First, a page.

Professional football is weaponless war for entertainment.
And I love it.
I’ve been recently reminded how much the United States and Canada loves its not-so-aptly-titled sport.
In case you don’t know anyone in a fantasy league this year, the National Football League (NFL) started almost a week ago. The number of crimes players have been arrested for, or charged with, since the end of the last season stops at 37.
We have already made it through a Sunday of 13 games.
There were actually 15 football games that day. Two of them were Canadian Football League contests.
If the Roughriders are playing on a Sunday, televisions in Saskatchewan will be set to the game. No question.
But at the Boston Pizza South location in Moose Jaw, only one of the many TVs in the lounge was set to the awful 25-13 defeat of the Riders in the Banjo Bowl.
The Riders are Saskatchewan’s only professional sports team in a major league. The CFL is our own football league, and yet, NFL Sunday still dominated. Even over the community-owned Saskatchewan Roughriders.
I can’t blame Boston Pizza’s employees: The NFL is the flashiest league on the planet.
Its 32 teams combined are worth nearly $40 billion. It generates nearly $10 billion profit a year.
The NFL is a machine. Much like its players. NFL football is the best sport to watch on television because of innovative camera placements and a constant barrage of statistics and comparisons.
It’s exciting. Especially now, if you can watch the incredible skill these athletes possess in throwing, catching and hitting. Really hard hitting. Which at least one team was paying its players to do.
There are hits in the CFL. This isn’t a touch football league. It’s good football — for the most part. There are great players and coaches.
CFL games are also broadcast. There are no overhead cameras strung across the field on wires letting you see the play from just above the quarterback’s head.
When I’m watching the CFL, I don’t care about flash.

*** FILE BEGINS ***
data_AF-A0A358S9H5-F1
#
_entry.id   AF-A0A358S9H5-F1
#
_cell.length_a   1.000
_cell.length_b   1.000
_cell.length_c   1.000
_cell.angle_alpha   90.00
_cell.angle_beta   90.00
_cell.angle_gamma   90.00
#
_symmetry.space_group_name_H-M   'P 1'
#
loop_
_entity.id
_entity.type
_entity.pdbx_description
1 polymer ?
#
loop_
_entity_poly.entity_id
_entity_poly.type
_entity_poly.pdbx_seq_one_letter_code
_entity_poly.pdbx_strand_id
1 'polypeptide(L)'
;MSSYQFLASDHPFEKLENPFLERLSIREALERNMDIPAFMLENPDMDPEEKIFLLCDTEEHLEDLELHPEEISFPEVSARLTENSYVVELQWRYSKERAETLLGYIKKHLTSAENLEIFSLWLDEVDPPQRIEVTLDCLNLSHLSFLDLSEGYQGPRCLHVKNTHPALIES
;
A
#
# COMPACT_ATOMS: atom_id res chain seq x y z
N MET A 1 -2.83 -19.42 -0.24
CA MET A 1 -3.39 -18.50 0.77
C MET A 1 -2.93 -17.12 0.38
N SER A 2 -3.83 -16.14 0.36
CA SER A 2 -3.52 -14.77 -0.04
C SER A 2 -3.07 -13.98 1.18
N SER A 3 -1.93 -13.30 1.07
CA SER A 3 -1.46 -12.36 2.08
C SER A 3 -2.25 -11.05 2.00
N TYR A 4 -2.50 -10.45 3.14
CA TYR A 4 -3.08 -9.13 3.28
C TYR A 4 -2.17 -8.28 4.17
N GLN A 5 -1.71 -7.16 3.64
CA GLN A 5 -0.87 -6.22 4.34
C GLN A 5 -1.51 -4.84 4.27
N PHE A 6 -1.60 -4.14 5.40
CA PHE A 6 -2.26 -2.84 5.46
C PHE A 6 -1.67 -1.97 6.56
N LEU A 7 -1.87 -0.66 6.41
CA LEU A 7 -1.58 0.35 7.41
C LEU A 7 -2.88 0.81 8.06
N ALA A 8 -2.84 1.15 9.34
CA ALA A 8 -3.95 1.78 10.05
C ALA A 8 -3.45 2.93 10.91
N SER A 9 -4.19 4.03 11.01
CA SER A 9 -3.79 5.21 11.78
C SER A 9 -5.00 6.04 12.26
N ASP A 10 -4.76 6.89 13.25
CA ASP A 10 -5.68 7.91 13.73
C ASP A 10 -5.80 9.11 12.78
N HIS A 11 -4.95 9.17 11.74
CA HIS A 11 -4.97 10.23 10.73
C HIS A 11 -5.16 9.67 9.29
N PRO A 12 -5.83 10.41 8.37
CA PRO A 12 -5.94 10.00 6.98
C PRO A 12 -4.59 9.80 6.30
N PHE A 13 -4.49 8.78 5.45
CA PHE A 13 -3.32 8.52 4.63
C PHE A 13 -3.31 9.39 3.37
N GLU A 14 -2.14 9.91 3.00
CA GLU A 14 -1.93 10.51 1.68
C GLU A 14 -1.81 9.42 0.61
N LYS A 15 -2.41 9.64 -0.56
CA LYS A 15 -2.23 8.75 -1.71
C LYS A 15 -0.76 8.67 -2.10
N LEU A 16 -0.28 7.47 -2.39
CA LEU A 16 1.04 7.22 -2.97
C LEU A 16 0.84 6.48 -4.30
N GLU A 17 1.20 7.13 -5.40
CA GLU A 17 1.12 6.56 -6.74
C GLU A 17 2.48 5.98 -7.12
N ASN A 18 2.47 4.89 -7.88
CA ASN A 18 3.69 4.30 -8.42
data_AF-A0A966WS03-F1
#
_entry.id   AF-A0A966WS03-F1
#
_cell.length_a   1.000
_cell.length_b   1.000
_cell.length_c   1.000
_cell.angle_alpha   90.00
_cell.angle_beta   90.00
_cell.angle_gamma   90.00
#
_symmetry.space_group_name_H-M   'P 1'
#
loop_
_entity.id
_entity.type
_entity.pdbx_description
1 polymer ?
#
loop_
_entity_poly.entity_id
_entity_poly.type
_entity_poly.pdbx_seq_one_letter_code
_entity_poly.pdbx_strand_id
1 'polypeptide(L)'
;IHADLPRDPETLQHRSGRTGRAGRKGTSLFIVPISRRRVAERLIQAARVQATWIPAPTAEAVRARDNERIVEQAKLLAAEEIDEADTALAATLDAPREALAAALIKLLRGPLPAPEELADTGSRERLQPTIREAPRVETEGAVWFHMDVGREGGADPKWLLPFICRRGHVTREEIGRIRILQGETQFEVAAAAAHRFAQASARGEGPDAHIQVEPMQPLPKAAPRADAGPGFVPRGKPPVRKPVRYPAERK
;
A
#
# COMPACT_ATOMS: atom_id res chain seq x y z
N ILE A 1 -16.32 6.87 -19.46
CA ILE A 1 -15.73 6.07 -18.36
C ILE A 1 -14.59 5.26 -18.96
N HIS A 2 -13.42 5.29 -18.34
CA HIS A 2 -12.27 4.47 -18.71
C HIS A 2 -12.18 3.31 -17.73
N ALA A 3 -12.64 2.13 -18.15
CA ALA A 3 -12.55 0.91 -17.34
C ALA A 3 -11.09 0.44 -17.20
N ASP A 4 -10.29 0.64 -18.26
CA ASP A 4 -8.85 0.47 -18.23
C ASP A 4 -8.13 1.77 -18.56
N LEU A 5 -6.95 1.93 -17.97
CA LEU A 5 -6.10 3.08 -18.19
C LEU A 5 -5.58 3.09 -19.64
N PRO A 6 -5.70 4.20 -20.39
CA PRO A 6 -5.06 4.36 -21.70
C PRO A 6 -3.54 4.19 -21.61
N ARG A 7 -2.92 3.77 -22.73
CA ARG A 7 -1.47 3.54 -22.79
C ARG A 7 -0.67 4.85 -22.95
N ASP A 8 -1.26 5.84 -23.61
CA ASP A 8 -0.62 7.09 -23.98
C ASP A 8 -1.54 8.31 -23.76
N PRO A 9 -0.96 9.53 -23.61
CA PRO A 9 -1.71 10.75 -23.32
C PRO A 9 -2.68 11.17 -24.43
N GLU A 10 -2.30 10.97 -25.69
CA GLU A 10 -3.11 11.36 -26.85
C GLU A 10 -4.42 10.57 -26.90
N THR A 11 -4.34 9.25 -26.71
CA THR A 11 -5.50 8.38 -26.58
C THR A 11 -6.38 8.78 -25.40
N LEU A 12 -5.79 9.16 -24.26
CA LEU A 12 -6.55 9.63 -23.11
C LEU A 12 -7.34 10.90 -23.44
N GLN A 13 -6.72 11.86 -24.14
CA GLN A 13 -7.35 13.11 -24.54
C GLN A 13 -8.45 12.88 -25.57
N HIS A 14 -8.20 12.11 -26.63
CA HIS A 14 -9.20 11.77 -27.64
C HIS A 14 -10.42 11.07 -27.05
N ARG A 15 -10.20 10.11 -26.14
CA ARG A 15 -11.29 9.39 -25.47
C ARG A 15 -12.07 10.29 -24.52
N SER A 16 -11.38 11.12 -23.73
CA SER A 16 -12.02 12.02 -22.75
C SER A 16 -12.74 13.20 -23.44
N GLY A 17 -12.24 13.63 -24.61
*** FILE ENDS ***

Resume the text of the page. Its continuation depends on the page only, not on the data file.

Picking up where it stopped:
I prefer three downs over four down football. Even though the CFL’s out-of-bounds catch rule (only one foot has to be inbounds, compared to the NFL’s both-feet-in rule) and uprights for field goals at the front of the end zone might make the game easier, I argue it makes it exciting. And a 20-second stop clock is much better than 40.
But it’s definitely not perfect.
There was arresting drama in the CFL off-season too. The media discovered during Riders training camp that current league leading rusher Kory Sheets was arrested for assaulting a woman.
I don’t have cable so I’ve been live streaming games on my laptop. The quality is mostly garbage. I don’t care.
I watched two young quarterbacks for the Toronto Argonauts and the Montreal Alouettes engage in a rematch of their Labour Day weekend battle. That game had no impact on the Riders at all. But I liked the storyline and it had plenty of exciting moments. And it’s nice to see teams in the East struggle a little bit.
The CFL has had plenty of slogans reminding the public that This Is Our League. My favourite was Our Balls Are Bigger. That should still be on T-shirts. But size of footballs aside, it’s a league with nearly 50 per cent Canadian talent.
It’s bizarre and special. Football itself is a masculine phenomenon. It’s embedded into entertainment and advertisement that men go insane over football.
The CFL, without any opening songs/montages about how it’s Monday night and you’re about to watch some football, is more accessible, less obnoxious and more rewarding to follow.
CFL fantasy league next year, anyone?
Austin Davis can be reached at 306-691-1258 or follow him on Twitter @the AustinX.